Skip to comments.Jury Nullification
Posted on 06/06/2014 4:00:34 AM PDT by knarf
While meditating on the concept of jury nullification .. I wondered ..
Just one of those thoughts I have too often that amuses me and makes me wonder.
In a day and age when most everyone is a criminal and about 30% (a guess) of those most everyone's a potential felon ... I wondered if it was legally possible for a judge to throw a charge out because the judge thought it was improper, or something.
They do it all the time ... particularly when the defendant is “of color”.
I don’t know but I’d sure like to see judges toss more frivolous cases out.
Judges make new law and ignore existing law all the time. As a specific, it would be possible for a judge to throw out a charge if the judge felt the case or the charge had no merit.
I know you can plead 'guilty' and throw yourself on the mercy of the court .. but can you plead 'not guilty' and do the same ?
I think I need to study more closely the ruling(s) of jury nullification.
Does a guilty guy have a lawyer that admits the guy is guilty but pleads for the jury to throw it out ? (synopsizing here .. )
Or do juries take it on their own to determine the charge is bogus/frivolous ?
It’s completely in the hands of the jury. The judicial system has tried to bury jury nullification. I’m sure any defendant trying to raise the issue would suffer the wrath of the court. The question is would the judge declare a mistrial if any attempt was made to enlighten a jury?
Prosecutors try to weed out anyone educated about jury nullification.
If I was guilty of the charges against me and hoping for nullification, I would prefer a jury. As a prospective juror, I would make an effort to be “truthful but not helpful” during voir dire (jury questioning and screening). I always want to be on a jury, if possible. I want to make the strongest possible case for locking up dangerous predators for as long as the law will permit, and I want to make the strongest possible case for nullifying laws that violate the Constitution or otherwise infringe on basic human rights.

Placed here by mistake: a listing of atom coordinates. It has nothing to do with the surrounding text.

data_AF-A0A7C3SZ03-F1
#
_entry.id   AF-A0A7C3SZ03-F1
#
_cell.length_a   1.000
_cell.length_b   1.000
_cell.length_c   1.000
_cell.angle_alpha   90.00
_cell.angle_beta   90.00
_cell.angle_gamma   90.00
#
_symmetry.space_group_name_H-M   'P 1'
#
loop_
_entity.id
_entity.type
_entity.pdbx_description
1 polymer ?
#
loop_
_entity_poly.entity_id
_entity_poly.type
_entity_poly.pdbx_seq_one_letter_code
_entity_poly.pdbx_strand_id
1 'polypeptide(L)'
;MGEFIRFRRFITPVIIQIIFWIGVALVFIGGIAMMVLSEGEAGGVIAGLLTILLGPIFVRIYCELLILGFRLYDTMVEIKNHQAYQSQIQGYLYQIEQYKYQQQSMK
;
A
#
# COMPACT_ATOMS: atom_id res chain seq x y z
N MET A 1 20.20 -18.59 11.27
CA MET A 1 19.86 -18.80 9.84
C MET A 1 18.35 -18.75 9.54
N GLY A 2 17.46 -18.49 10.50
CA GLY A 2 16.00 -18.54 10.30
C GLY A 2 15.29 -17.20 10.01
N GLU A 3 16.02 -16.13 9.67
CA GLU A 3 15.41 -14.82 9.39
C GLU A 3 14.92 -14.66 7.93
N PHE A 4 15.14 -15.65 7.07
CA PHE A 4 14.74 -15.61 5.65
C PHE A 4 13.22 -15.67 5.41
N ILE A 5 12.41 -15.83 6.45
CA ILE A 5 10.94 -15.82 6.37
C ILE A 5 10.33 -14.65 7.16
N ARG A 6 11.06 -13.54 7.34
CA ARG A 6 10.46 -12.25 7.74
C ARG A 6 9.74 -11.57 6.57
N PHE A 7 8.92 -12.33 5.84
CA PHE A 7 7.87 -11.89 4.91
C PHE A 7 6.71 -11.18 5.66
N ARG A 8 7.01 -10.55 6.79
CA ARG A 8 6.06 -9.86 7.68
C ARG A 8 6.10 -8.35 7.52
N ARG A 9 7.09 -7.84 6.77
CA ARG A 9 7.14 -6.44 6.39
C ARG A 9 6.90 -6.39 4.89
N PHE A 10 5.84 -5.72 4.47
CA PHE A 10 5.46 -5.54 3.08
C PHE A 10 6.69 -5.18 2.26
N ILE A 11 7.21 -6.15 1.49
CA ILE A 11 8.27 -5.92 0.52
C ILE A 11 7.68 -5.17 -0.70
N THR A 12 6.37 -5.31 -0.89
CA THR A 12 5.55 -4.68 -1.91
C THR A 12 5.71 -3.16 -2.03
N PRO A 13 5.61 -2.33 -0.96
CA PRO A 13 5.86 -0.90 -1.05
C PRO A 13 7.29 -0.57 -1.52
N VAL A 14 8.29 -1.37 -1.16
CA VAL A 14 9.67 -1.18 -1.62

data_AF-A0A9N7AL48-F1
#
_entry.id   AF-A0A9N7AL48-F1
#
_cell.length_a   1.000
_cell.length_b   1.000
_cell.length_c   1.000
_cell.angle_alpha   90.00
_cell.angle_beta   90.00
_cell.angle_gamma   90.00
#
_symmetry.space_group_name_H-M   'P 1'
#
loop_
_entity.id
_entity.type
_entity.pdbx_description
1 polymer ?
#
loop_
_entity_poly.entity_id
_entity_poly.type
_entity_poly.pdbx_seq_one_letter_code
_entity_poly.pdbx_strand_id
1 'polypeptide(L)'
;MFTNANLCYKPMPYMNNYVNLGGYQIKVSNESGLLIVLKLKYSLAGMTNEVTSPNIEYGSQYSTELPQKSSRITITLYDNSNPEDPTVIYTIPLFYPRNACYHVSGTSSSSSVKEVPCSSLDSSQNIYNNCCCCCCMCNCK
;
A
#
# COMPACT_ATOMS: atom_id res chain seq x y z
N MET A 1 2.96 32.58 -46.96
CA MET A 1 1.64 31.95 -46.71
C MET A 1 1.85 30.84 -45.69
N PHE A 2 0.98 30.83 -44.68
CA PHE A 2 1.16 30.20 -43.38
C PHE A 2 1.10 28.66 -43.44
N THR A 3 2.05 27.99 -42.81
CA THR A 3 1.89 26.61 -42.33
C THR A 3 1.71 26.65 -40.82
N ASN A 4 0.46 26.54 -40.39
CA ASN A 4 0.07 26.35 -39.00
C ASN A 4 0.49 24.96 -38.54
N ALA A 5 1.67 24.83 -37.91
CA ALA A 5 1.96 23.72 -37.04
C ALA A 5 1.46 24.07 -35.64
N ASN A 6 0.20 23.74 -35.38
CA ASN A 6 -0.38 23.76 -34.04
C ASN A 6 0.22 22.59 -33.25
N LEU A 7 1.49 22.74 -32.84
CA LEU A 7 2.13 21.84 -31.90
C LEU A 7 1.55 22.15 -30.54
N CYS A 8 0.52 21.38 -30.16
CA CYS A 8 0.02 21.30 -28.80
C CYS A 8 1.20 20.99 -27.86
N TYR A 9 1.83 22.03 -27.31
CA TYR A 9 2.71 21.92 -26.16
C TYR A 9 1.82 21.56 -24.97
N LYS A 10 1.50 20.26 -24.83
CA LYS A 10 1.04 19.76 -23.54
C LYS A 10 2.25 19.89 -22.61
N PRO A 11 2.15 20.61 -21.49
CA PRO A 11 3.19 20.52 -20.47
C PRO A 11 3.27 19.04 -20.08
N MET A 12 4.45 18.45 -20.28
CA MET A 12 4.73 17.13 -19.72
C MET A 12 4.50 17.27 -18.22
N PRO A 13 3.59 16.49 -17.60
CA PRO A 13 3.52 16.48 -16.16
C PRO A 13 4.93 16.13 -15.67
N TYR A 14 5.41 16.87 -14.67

Trust a judge? No, thank you. Most of them place more importance on following the letter of the law and covering their backsides than they do on justice.
Sure, they do it all the time. See the 'affluenza' case out of Fort Worth. Or the case over in east Texas where the Hollywood celebrities are getting a murderer off 'because of his childhood'.
Judges are SUPPOSED to rule on law....Juries on truth.
Jury nullification occurs when a jury acquits a defendant, even though the members of the jury believe the defendant to be guilty of the charges.
Therefore, the answer is no.
The reason the answer is no is because a judge can only judge the evidence but not the law. A jury can judge the evidence and the law.
What I wonder is how many jurors realize the enormous power they have to judge the law as well as the evidence.
John Roberts famously did this in the Obamacare case.
Local Judge...and convicted man in front of the Judges bench.
Son, I got some pennies in my hand and I’m going to toss them in the air in just a min..
Here is the deal, I’ll take a year off your sentence for every penny you catch.
Judge.. You ready?
Judge held out his hand in front of him and tossed them.............behind his (the Judge) back.
Judges and juries have considerable latitude in how they reach their decisions. A judge’s decision should be legally sound or he exposes himself to being overruled on appeal. But a jury does not need to explain its decision at all.
I sat on a jury for an obscenity case in district court. We were instructed on how to consider the evidence and what laws to apply to come to a verdict. But when we got to the jury room, it became a matter of personal prejudices and emotionalism. The judge’s instructions went right out the window.
However, I understand that a judge can overrule a grievously unjust verdict or refuse to accept it and order the jury to continue its deliberations. Or he can call for a “directed verdict” where the evidence is overwhelming in one direction or the other. However, all of those actions risk an appeal.